The National Research Council released a report Wednesday recommending that the U.S. regulate the Web carefully but sparsely, that a flat tax be levied on e-commerce and that low-income families receive vouchers to help them get connected.
The scientific panel, which serves as an informal advisor to the U.S. Congress, said that while the Internet is “fundamentally healthy,” there are problems that must be addressed by the government, industry, and the scientific community that spawned the Web.
“The Net is becoming the centerpiece of every computing endeavor,” said Eric Schmidt, chairman of the committee that produced the 175-page report, “The Internet’s Coming of Age.” The report will be published and sold to the public later this year.
“We are still at the beginning of something colossal,” added Schmidt, who is also chairman of Novell, Inc. in San Jose, California. The Web is still in its adolescent stage, he said.
The panel recommended that the federal government cut short debates in the 50 U.S. states over taxing sales on the Internet by instituting a single flat-rate tax that would be collected by e-commerce companies, regardless of where the customer lives. That approach will prevent a confusing patchwork of Internet sales tax laws across the country, the report said.
The tax proposal is likely to be among the most vehemently opposed issues, as many state governors and leading e-commerce executives have argued that taxing online sales, especially when e-commerce is still emerging, is likely to stifle growth.
To boost access to the Internet and end the digital divide, the scientists recommend that the U.S. Congress consider a program similar to food stamps that would subsidize Web access for low-income families. Such an approach would recognize that the Internet has become an important social and economic tool that should not be denied to anyone, the report said.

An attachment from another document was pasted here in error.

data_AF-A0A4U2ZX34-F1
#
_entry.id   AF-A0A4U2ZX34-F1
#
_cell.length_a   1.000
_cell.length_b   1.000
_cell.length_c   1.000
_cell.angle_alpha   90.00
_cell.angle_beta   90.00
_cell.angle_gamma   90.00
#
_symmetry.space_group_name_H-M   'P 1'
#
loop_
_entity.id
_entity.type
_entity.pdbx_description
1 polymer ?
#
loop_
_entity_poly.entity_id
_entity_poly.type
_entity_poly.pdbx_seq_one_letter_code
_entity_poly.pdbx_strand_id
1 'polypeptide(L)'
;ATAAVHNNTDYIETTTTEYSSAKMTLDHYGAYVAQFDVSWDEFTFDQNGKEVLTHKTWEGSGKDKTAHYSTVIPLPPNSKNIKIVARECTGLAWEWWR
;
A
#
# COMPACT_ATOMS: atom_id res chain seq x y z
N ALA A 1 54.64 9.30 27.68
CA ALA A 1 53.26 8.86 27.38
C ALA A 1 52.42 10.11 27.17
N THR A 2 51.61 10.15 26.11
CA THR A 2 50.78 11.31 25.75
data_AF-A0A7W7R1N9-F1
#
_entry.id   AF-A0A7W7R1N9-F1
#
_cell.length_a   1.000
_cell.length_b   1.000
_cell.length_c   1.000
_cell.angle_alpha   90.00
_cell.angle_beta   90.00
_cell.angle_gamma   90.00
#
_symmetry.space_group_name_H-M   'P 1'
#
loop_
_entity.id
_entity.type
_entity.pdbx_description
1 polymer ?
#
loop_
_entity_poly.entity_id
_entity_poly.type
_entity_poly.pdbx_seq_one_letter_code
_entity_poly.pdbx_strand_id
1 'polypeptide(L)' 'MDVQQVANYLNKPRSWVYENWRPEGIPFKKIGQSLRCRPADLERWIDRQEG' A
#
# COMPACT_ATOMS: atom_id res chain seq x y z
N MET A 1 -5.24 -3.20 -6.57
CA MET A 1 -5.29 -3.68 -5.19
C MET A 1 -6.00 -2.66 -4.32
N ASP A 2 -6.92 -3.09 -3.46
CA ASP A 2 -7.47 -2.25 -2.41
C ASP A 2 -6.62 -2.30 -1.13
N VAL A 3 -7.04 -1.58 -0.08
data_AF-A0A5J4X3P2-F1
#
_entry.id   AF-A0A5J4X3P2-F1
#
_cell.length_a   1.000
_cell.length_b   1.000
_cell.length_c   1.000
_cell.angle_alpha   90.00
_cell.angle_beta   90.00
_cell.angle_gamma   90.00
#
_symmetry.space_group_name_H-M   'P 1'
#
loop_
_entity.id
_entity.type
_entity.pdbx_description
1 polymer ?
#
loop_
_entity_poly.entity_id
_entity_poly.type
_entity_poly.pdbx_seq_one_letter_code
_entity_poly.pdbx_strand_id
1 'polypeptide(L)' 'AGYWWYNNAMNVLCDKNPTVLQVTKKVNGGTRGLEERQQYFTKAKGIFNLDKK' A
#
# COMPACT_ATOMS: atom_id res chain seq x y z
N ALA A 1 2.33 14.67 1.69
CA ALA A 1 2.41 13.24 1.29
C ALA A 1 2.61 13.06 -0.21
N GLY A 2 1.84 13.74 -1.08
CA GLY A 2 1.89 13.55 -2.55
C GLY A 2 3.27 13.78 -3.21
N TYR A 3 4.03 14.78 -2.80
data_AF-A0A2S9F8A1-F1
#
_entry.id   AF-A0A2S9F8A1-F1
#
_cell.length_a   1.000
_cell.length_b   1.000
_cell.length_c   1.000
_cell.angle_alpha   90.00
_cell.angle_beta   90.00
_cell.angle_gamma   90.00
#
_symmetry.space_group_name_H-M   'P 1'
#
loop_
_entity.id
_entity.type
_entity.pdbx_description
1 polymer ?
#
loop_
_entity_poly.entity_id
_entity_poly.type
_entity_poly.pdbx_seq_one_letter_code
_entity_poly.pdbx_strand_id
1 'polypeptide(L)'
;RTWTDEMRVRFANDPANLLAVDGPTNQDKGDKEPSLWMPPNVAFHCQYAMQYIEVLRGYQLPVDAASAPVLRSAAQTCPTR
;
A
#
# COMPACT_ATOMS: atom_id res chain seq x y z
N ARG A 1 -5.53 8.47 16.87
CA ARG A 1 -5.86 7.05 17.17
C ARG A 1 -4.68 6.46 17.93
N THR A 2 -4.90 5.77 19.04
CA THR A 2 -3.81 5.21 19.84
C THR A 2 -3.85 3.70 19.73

The panel also called for additional taxes on telephone service to fund efforts to ensure that all libraries and schools are Internet-ready.
Big Picture Advice
The report recommended a change in the way government approaches the Net on social topics. Rather than trying to address specific issues, such as privacy or illegal online activity, lawmakers should be concerned with the Web’s overall operation, the panel concluded. The report stresses that lawmakers should ignore Internet “fads” and stay focused on long-term solutions.
“Laws or regulations run the risk of forcing modifications to the Internet’s basic design, which may have adverse implications that could reverberate throughout,” the report said. “As technology swiftly changes, in many instances a perceived problem may fix itself or evolve into an entirely different one.”
On the other hand, the report recommended continuing the current policy of not regulating the Internet’s infrastructure. New laws or regulations should focus on specific business activities and behaviors, rather than mandating alterations to the technological architecture.
Technical Woes Ahead?
The scientists also flagged potential problems with the size of the Internet, saying that the 4.3 billion network addresses that the current standard for information exchange (Ipv4) was built to handle could soon be surpassed.
According to the report, a replacement standard — IPv6 — should be improved and implemented. Otherwise, the panel warned, “the shortage of addresses will soon be a serious problem for some users and will become a much more pervasive problem down the road.”
Another recommendation was for Internet service providers (ISPs) to be required to publicize information relating to outages and breaches of security as a way of boosting the industry’s ability to prevent future problems.
“As the United States’ dependence on this worldwide network increases, so does the need to avoid problems,” the scientists said in a summary of the report. “A period of watchful waiting is needed.”